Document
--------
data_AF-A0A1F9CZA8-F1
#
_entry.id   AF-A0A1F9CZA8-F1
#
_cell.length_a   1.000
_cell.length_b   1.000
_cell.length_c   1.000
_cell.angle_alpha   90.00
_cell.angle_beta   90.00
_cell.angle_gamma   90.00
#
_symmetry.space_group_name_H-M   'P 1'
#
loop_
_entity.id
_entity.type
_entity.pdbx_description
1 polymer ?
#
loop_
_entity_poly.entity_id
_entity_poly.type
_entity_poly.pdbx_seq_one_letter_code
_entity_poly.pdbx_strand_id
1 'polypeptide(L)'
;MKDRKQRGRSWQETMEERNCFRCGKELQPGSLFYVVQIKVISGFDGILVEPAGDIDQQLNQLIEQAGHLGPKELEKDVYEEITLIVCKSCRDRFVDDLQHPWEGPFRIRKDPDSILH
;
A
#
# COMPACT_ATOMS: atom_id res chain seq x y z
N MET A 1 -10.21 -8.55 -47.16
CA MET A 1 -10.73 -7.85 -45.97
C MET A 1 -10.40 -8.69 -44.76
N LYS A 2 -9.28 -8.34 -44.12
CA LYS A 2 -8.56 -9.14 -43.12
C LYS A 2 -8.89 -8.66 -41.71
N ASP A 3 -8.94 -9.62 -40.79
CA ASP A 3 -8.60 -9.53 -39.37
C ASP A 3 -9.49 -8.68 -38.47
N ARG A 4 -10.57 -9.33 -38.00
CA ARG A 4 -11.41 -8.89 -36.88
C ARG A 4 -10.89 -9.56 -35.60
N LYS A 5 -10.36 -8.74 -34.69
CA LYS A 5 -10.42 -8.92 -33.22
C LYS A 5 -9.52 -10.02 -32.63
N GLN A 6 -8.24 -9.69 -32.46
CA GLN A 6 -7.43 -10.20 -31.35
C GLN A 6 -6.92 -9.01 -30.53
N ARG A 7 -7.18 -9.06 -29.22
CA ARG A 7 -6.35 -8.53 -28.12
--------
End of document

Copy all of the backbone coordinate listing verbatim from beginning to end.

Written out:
data_AF-A0A1F9CZA8-F1
#
_entry.id   AF-A0A1F9CZA8-F1
#
_cell.length_a   1.000
_cell.length_b   1.000
_cell.length_c   1.000
_cell.angle_alpha   90.00
_cell.angle_beta   90.00
_cell.angle_gamma   90.00
#
_symmetry.space_group_name_H-M   'P 1'
#
loop_
_entity.id
_entity.type
_entity.pdbx_description
1 polymer ?
#
loop_
_entity_poly.entity_id
_entity_poly.type
_entity_poly.pdbx_seq_one_letter_code
_entity_poly.pdbx_strand_id
1 'polypeptide(L)'
;MKDRKQRGRSWQETMEERNCFRCGKELQPGSLFYVVQIKVISGFDGILVEPAGDIDQQLNQLIEQAGHLGPKELEKDVYEEITLIVCKSCRDRFVDDLQHPWEGPFRIRKDPDSILH
;
A
#
# COMPACT_ATOMS: atom_id res chain seq x y z
N MET A 1 -10.21 -8.55 -47.16
CA MET A 1 -10.73 -7.85 -45.97
C MET A 1 -10.40 -8.69 -44.76
N LYS A 2 -9.28 -8.34 -44.12
CA LYS A 2 -8.56 -9.14 -43.12
C LYS A 2 -8.89 -8.66 -41.71
N ASP A 3 -8.94 -9.62 -40.79
CA ASP A 3 -8.60 -9.53 -39.37
C ASP A 3 -9.49 -8.68 -38.47
N ARG A 4 -10.57 -9.33 -38.00
CA ARG A 4 -11.41 -8.89 -36.88
C ARG A 4 -10.89 -9.56 -35.60
N LYS A 5 -10.36 -8.74 -34.69
CA LYS A 5 -10.42 -8.92 -33.22
C LYS A 5 -9.52 -10.02 -32.63
N GLN A 6 -8.24 -9.69 -32.46
CA GLN A 6 -7.43 -10.20 -31.35
C GLN A 6 -6.92 -9.01 -30.53
N ARG A 7 -7.18 -9.06 -29.22
CA ARG A 7 -6.35 -8.53 -28.12